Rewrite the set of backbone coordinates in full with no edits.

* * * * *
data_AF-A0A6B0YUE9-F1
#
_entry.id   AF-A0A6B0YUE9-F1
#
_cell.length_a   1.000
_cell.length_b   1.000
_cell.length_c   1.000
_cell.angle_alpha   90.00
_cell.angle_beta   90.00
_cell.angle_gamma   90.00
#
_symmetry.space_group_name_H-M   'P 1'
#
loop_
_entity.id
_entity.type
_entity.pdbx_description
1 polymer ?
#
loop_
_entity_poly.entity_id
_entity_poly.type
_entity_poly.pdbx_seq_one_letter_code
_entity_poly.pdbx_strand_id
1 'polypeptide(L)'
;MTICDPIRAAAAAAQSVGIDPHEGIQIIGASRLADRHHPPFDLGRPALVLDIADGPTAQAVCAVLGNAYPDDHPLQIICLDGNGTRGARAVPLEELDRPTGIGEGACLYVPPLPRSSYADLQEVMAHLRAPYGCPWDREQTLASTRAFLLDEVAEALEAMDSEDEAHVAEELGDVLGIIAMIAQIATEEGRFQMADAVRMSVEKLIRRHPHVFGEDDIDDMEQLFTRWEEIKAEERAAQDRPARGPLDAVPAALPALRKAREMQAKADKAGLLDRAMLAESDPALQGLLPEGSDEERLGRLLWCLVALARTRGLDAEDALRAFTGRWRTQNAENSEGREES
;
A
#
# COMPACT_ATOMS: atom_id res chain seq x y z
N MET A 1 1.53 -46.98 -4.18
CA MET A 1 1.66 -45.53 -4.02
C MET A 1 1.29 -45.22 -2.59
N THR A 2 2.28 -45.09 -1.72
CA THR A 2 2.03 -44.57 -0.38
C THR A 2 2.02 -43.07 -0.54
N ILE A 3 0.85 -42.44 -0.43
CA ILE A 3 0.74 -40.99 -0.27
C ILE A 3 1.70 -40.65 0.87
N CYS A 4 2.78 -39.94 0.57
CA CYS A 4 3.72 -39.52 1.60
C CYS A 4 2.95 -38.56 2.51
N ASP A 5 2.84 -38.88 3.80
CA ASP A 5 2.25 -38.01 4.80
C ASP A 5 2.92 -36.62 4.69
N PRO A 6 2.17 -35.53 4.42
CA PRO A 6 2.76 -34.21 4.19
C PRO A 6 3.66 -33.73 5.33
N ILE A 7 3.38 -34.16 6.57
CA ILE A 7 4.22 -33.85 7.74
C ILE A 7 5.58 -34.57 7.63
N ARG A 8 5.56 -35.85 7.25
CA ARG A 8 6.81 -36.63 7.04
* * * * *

data_AF-A0A6B0YUE9-F1
#
_entry.id   AF-A0A6B0YUE9-F1
#
_cell.length_a   1.000
_cell.length_b   1.000
_cell.length_c   1.000
_cell.angle_alpha   90.00
_cell.angle_beta   90.00
_cell.angle_gamma   90.00
#
_symmetry.space_group_name_H-M   'P 1'
#
loop_
_entity.id
_entity.type
_entity.pdbx_description
1 polymer ?
#
loop_
_entity_poly.entity_id
_entity_poly.type
_entity_poly.pdbx_seq_one_letter_code
_entity_poly.pdbx_strand_id
1 'polypeptide(L)'
;MTICDPIRAAAAAAQSVGIDPHEGIQIIGASRLADRHHPPFDLGRPALVLDIADGPTAQAVCAVLGNAYPDDHPLQIICLDGNGTRGARAVPLEELDRPTGIGEGACLYVPPLPRSSYADLQEVMAHLRAPYGCPWDREQTLASTRAFLLDEVAEALEAMDSEDEAHVAEELGDVLGIIAMIAQIATEEGRFQMADAVRMSVEKLIRRHPHVFGEDDIDDMEQLFTRWEEIKAEERAAQDRPARGPLDAVPAALPALRKAREMQAKADKAGLLDRAMLAESDPALQGLLPEGSDEERLGRLLWCLVALARTRGLDAEDALRAFTGRWRTQNAENSEGREES
;
A
#
# COMPACT_ATOMS: atom_id res chain seq x y z
N MET A 1 1.53 -46.98 -4.18
CA MET A 1 1.66 -45.53 -4.02
C MET A 1 1.29 -45.22 -2.59
N THR A 2 2.28 -45.09 -1.72
CA THR A 2 2.03 -44.57 -0.38
C THR A 2 2.02 -43.07 -0.54
N ILE A 3 0.85 -42.44 -0.43
CA ILE A 3 0.74 -40.99 -0.27
C ILE A 3 1.70 -40.65 0.87
N CYS A 4 2.78 -39.94 0.57
CA CYS A 4 3.72 -39.52 1.60
C CYS A 4 2.95 -38.56 2.51
N ASP A 5 2.84 -38.88 3.80
CA ASP A 5 2.25 -38.01 4.80
C ASP A 5 2.92 -36.62 4.69
N PRO A 6 2.17 -35.53 4.42
CA PRO A 6 2.76 -34.21 4.19
C PRO A 6 3.66 -33.73 5.33
N ILE A 7 3.38 -34.16 6.57
CA ILE A 7 4.22 -33.85 7.74
C ILE A 7 5.58 -34.57 7.63
N ARG A 8 5.56 -35.85 7.25
CA ARG A 8 6.81 -36.63 7.04